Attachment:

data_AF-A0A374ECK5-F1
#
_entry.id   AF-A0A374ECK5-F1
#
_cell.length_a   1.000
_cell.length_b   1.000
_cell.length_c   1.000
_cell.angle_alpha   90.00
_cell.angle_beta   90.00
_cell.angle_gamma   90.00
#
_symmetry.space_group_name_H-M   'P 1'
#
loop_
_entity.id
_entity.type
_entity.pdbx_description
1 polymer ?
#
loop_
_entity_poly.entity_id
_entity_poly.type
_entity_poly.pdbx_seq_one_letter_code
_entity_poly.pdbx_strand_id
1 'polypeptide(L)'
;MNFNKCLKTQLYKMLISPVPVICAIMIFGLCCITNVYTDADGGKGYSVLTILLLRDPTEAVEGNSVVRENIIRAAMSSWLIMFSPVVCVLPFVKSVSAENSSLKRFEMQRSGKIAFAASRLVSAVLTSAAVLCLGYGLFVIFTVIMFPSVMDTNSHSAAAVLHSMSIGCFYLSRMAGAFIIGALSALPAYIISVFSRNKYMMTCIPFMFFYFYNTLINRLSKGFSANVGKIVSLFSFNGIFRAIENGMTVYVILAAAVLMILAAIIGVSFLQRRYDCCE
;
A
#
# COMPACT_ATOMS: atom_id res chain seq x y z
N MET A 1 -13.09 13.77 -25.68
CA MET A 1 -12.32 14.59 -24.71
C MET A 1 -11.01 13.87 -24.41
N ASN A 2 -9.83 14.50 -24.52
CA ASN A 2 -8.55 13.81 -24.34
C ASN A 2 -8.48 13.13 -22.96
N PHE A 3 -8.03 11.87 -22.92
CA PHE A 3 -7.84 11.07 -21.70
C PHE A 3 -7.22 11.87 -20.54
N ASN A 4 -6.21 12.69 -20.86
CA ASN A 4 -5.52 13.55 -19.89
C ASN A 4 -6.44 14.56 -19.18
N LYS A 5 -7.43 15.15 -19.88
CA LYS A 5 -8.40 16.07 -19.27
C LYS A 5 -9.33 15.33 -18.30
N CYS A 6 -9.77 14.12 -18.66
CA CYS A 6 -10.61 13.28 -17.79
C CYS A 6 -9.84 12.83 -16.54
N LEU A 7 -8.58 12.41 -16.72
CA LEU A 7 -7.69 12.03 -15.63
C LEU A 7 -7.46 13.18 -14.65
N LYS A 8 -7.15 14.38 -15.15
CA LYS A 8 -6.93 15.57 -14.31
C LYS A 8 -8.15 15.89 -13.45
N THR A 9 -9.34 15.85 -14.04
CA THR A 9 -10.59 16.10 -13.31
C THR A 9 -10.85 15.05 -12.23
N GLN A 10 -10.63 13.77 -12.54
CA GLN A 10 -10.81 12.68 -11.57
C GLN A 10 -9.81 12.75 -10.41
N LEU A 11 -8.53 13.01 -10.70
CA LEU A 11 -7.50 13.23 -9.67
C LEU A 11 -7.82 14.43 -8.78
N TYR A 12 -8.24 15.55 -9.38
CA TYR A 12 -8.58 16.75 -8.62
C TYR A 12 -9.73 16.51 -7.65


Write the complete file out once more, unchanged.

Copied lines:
data_AF-A0A374ECK5-F1
#
_entry.id   AF-A0A374ECK5-F1
#
_cell.length_a   1.000
_cell.length_b   1.000
_cell.length_c   1.000
_cell.angle_alpha   90.00
_cell.angle_beta   90.00
_cell.angle_gamma   90.00
#
_symmetry.space_group_name_H-M   'P 1'
#
loop_
_entity.id
_entity.type
_entity.pdbx_description
1 polymer ?
#
loop_
_entity_poly.entity_id
_entity_poly.type
_entity_poly.pdbx_seq_one_letter_code
_entity_poly.pdbx_strand_id
1 'polypeptide(L)'
;MNFNKCLKTQLYKMLISPVPVICAIMIFGLCCITNVYTDADGGKGYSVLTILLLRDPTEAVEGNSVVRENIIRAAMSSWLIMFSPVVCVLPFVKSVSAENSSLKRFEMQRSGKIAFAASRLVSAVLTSAAVLCLGYGLFVIFTVIMFPSVMDTNSHSAAAVLHSMSIGCFYLSRMAGAFIIGALSALPAYIISVFSRNKYMMTCIPFMFFYFYNTLINRLSKGFSANVGKIVSLFSFNGIFRAIENGMTVYVILAAAVLMILAAIIGVSFLQRRYDCCE
;
A
#
# COMPACT_ATOMS: atom_id res chain seq x y z
N MET A 1 -13.09 13.77 -25.68
CA MET A 1 -12.32 14.59 -24.71
C MET A 1 -11.01 13.87 -24.41
N ASN A 2 -9.83 14.50 -24.52
CA ASN A 2 -8.55 13.81 -24.34
C ASN A 2 -8.48 13.13 -22.96
N PHE A 3 -8.03 11.87 -22.92
CA PHE A 3 -7.84 11.07 -21.70
C PHE A 3 -7.22 11.87 -20.54
N ASN A 4 -6.21 12.69 -20.86
CA ASN A 4 -5.52 13.55 -19.89
C ASN A 4 -6.44 14.56 -19.18
N LYS A 5 -7.43 15.15 -19.88
CA LYS A 5 -8.40 16.07 -19.27
C LYS A 5 -9.33 15.33 -18.30
N CYS A 6 -9.77 14.12 -18.66
CA CYS A 6 -10.61 13.28 -17.79
C CYS A 6 -9.84 12.83 -16.54
N LEU A 7 -8.58 12.41 -16.72
CA LEU A 7 -7.69 12.03 -15.63
C LEU A 7 -7.46 13.18 -14.65
N LYS A 8 -7.15 14.38 -15.15
CA LYS A 8 -6.93 15.57 -14.31
C LYS A 8 -8.15 15.89 -13.45
N THR A 9 -9.34 15.85 -14.04
CA THR A 9 -10.59 16.10 -13.31
C THR A 9 -10.85 15.05 -12.23
N GLN A 10 -10.63 13.77 -12.54
CA GLN A 10 -10.81 12.68 -11.57
C GLN A 10 -9.81 12.75 -10.41
N LEU A 11 -8.53 13.01 -10.70
CA LEU A 11 -7.50 13.23 -9.67
C LEU A 11 -7.82 14.43 -8.78
N TYR A 12 -8.24 15.55 -9.38
CA TYR A 12 -8.58 16.75 -8.62
C TYR A 12 -9.73 16.51 -7.65